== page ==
Britain's Home Secretary Amber Rudd will push US tech giants to step up efforts to tackle and remove extremist content online during a visit to Silicon Valley on Tuesday (1 August). At the newly created Global Forum to Counter Terrorism in San Francisco, Rudd will warn tech firms that extremists have exploited their platforms as a way to spread their "hateful messages".
Multiple executives of social media and internet service providers will attend the inaugural joint forum which was set up by Facebook, Twitter, Microsoft and Google in June to counter the "critical challenge" posed by online terrorism.
"Terrorists and extremists have sought to misuse your platforms to spread their hateful messages," Rudd is expected to tell the tech executives, Reuters reports. "This Forum is a crucial way to start turning the tide."
UK lawmakers have urged internet companies to do more to tackle or remove online terrorist content in the wake of a series of terror attacks in Britain this year including the Westminister attack, the Manchester bombing and the London Bridge attacks. Rudd has also previously called for intelligence agencies and law enforcement to be given access to encrypted communications as well.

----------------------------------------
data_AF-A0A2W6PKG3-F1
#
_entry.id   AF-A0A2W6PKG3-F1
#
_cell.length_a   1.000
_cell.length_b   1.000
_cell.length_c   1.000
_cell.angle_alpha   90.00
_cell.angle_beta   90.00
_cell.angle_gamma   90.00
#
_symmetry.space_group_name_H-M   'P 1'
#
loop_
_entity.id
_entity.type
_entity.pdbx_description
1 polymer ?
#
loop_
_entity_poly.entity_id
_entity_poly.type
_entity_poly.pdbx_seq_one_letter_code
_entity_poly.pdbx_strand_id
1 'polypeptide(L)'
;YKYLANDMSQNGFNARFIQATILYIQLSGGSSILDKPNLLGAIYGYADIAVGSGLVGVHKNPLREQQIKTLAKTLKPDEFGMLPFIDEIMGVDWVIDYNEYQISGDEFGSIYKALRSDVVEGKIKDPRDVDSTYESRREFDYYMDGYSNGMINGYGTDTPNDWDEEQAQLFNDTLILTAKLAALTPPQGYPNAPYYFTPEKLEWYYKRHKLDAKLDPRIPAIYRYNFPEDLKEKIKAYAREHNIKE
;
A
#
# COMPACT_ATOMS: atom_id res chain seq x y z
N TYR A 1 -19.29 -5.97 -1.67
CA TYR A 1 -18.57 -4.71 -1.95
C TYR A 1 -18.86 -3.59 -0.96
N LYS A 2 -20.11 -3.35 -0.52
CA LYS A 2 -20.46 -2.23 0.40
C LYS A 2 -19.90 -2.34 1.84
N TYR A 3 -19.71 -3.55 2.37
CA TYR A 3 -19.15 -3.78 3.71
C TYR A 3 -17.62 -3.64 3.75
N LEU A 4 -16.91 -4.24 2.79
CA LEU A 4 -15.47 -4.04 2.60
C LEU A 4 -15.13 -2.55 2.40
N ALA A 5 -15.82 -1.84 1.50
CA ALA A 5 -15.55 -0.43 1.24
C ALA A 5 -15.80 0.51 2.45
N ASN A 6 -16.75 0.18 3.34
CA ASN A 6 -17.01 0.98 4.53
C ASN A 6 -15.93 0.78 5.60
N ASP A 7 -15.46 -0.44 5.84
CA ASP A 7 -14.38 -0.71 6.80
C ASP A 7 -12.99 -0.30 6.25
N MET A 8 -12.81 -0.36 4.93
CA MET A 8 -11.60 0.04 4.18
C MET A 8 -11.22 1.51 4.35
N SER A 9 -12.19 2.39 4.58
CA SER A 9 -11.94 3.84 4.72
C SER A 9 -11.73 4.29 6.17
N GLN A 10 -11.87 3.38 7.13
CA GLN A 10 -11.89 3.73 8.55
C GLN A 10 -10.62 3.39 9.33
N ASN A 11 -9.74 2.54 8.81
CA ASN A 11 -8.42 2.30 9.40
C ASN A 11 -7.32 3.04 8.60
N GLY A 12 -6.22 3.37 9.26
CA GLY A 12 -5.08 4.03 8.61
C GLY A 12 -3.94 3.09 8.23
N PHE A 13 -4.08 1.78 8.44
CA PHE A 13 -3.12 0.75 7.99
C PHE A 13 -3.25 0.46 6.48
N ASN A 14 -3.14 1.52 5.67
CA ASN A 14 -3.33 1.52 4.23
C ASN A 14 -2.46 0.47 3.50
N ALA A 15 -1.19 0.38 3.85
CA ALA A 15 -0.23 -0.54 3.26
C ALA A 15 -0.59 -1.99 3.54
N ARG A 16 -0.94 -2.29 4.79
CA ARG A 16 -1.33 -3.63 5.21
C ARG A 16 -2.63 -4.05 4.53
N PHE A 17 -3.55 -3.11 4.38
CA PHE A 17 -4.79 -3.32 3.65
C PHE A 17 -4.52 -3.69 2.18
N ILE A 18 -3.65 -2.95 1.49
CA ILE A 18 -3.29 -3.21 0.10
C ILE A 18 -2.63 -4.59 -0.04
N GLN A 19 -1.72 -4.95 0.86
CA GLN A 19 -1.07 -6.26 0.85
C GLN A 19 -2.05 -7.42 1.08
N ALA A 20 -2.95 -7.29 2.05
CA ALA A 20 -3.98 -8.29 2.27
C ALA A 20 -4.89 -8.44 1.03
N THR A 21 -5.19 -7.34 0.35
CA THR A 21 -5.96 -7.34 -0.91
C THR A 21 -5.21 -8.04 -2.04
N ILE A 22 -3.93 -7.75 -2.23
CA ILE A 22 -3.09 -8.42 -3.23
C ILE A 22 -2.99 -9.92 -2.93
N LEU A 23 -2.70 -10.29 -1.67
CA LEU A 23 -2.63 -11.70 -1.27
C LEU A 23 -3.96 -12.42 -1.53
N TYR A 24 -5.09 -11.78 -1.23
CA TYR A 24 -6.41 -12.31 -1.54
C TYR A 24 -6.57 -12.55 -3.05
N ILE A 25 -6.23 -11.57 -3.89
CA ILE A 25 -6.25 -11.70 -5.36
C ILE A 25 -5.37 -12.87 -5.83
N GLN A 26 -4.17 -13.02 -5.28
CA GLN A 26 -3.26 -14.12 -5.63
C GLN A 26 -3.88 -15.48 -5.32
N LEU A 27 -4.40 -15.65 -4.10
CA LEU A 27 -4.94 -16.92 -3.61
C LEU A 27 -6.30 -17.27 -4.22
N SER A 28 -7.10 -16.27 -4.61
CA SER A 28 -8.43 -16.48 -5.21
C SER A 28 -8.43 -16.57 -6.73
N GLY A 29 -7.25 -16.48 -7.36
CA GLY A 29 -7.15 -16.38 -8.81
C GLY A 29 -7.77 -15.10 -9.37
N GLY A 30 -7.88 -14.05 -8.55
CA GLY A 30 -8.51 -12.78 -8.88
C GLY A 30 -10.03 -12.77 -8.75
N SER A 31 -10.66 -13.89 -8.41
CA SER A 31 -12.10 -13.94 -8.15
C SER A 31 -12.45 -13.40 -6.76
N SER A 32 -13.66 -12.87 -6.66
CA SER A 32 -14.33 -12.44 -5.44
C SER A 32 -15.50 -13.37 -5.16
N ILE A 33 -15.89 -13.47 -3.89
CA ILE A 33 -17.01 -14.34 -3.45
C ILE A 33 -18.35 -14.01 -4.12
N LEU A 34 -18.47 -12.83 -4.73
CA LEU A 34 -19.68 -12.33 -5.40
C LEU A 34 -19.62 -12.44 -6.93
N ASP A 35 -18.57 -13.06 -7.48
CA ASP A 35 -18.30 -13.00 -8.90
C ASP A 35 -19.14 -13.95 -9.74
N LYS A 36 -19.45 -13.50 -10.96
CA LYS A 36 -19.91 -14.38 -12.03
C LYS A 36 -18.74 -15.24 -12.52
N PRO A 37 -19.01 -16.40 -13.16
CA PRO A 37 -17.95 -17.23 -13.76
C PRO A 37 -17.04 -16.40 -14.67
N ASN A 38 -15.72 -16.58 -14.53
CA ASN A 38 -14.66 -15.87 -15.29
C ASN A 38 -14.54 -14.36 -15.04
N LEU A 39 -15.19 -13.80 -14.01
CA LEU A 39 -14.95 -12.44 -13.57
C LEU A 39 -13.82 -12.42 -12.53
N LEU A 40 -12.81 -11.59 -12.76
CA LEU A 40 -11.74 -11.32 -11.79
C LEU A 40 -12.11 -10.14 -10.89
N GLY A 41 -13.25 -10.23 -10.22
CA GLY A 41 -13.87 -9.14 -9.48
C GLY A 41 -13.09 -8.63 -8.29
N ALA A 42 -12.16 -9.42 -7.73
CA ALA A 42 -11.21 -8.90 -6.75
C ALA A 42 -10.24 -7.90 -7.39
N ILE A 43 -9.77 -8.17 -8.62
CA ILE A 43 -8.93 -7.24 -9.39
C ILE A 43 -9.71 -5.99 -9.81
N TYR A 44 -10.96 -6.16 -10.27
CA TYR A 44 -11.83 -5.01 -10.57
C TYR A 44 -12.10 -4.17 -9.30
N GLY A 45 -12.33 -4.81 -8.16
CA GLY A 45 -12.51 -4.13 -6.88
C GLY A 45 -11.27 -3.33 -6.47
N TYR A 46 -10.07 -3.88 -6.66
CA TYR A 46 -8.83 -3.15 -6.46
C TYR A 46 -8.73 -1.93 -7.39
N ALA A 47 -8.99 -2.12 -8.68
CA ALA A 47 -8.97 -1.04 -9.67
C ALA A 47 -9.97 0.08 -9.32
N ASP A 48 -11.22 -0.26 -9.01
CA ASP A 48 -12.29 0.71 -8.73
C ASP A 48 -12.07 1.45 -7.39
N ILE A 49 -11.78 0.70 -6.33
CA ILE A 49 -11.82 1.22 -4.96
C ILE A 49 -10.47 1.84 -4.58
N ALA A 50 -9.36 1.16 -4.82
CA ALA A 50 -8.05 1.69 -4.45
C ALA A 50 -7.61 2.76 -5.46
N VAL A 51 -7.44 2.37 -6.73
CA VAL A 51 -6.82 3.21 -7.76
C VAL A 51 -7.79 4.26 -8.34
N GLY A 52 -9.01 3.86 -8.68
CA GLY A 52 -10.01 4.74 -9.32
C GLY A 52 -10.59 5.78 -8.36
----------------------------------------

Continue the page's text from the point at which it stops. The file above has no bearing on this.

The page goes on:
"The responsibility for tackling this threat at every level lies with both governments and with industry. We have a shared interest: we want to protect our citizens and keep the free and open internet we all love. Today's meeting of the Forum is the next step towards achieving these goals."
Following the deadly London Bridge attack in June, Prime Minister Theresa May called for closer regulation of the internet to "deprive the extremists of their safe spaces online." The UK and France have also been looking at plans to fine tech companies that fail to swiftly remove extremist or terrorist content.
Having drawn intense criticism over the past few months, social media companies and internet firms have vowed to do more to take on extremism and online hate through numerous initiatives "while respecting freedom of expression and privacy" as well.
Social media and internet giants say they want to help governments remove extremist or criminal material but that they also have to balance the demands of state security with the freedoms enshrined in democratic societies. However, tech firms have objected to demands from some governments to create so-called "backdoors" to access encrypted messages in services such as WhatsApp.
During the first workshop held by the Global Internet Forum to Counter Terrorism on Tuesday, tech executives, government representatives and NGOs will discuss "best practices about how to counter the threat of terrorist content online" and "substantially disrupt terrorists' ability to use the internet in furthering their causes, while also respecting human rights."
To achieve these goals, the firms said they would use technology, share knowledge and best practices as well as conduct and fund research.
"We believe that the best approach to tackling online terrorism is to collaborate with each other and with others outside the private sector, including civil society and government," they said.